Nigeria on Edge
|John Campbell||January 3rd 2013|
Council on Foreign Relations
The Nigeria media is supplying new details on the December 10 kidnapping of the mother of Nigeria’s Coordinating Minister for the Economy and Minister of Finance, Ngozi Okonjo-Iweala. The media reports that the Minister’s family paid a ransom of between N10 to N11 million (U.S. $64 to $70 thousand), and that the kidnappers were an organized gang that numbered ten.
The minister has told the press that the kidnappers told her mother she had been kidnapped because of the minister’s policies concerning oil subsidy payments. If the kidnappers were telling the truth, then the crime had a political dimension as well as a mercenary one.
According to the minister, the kidnappers complained about the government’s disbursement of fuel subsidy payments and about certain aspects of the Subsidy Reinvestment and Empowerment Programme (SURE-P). Both were outcomes of President Goodluck Jonathan’s effort to eliminate the popular petroleum subsidy in January 2012.In the aftermath of demonstrations against the elimination, Jonathan restored about half of the subsidy. He established SURE-P to make use for the public good the money the government saved from the elimination of half of the petroleum subsidy. The government also tightened its regulation of the payments it makes to oil traders for the remaining fuel subsidy. Apparently, the kidnappers were complaining about both. According to Ngozi Okonjo-Iweala, regulation of payment of the fuel subsidy falls under her ministerial responsibility, but not SURE-P, which has a separate administration.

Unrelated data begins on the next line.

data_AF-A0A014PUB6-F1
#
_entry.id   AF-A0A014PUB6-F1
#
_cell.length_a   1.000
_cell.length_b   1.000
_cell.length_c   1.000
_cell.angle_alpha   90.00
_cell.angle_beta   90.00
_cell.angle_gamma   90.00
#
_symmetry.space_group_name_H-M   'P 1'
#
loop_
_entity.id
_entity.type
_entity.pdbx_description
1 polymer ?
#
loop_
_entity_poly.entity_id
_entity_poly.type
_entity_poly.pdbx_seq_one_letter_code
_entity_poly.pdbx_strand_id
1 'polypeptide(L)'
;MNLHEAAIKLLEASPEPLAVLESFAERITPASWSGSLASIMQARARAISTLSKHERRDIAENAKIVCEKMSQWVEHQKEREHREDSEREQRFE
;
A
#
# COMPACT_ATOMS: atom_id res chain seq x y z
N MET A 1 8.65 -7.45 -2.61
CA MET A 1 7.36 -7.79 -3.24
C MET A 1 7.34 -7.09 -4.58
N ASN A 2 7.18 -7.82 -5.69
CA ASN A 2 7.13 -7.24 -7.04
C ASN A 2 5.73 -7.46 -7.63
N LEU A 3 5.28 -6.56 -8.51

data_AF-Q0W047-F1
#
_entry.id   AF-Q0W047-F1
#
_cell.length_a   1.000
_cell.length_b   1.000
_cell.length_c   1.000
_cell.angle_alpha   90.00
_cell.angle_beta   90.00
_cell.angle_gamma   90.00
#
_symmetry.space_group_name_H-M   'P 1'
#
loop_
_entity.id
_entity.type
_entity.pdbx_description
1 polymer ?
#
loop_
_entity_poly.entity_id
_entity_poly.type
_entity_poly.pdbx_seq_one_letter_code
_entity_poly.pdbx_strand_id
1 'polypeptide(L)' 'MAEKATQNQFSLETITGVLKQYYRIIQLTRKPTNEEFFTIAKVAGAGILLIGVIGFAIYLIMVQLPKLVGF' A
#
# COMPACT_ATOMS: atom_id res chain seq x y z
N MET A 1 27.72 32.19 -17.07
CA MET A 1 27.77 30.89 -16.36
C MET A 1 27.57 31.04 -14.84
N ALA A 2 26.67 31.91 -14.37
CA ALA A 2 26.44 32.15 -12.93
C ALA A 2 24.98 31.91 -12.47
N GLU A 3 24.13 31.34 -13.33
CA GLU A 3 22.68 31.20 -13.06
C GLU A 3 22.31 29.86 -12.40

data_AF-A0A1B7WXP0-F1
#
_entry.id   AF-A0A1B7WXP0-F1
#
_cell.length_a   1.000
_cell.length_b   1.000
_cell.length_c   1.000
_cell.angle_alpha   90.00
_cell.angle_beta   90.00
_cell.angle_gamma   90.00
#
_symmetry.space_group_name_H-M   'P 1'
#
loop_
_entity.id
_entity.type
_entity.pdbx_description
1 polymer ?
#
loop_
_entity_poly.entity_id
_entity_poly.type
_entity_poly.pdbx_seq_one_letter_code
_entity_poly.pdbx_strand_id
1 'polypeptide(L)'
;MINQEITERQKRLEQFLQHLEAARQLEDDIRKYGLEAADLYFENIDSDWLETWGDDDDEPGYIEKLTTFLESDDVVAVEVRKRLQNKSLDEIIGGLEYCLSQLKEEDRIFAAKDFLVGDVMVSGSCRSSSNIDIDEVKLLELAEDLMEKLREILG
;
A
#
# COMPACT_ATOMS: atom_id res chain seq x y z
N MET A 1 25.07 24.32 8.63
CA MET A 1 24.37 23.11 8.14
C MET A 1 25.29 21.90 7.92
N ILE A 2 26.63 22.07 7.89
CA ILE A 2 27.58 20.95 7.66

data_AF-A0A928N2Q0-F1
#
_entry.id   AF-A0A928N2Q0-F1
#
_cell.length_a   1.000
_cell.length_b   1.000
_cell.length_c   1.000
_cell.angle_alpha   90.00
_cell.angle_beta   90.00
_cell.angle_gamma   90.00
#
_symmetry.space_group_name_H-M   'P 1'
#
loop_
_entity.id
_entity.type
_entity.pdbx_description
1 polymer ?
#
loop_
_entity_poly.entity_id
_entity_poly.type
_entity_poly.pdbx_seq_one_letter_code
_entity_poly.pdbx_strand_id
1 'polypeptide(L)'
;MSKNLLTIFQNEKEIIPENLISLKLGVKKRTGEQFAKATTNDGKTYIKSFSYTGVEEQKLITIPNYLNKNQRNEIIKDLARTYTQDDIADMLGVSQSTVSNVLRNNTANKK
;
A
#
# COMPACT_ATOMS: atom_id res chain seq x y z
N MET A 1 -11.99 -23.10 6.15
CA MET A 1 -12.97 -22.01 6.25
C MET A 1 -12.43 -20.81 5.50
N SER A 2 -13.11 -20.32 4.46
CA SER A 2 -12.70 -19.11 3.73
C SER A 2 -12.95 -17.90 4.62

According to the minister, the kidnappers held her mother under shocking conditions: “She was taken away and kept for five days without food or water. For an eighty-three-year old woman, it is a miracle. So when I said God has performed a miracle you know what I am talking about.”
Some of the Nigerian media is highly critical of the government’s failure to bring kidnapping under control: the Vanguard in an editorial on December 16 commented, “it was an open secret that the police were tossed aside by the [Army and Directorate of State Service] in the search for Okonjo-Iweala’s mother and… it affected the investigations.”
The army, rather than the police appears to have taken the lead in searching for the kidnap victim. It arrested sixty-three suspects, all have since been released. At present, the Nigerian press reports the arrest of eight of ten new suspects.
John Campbell, Ralph Bunche Senior Fellow for Africa Policy Studies writes for the Council on Foreign Relations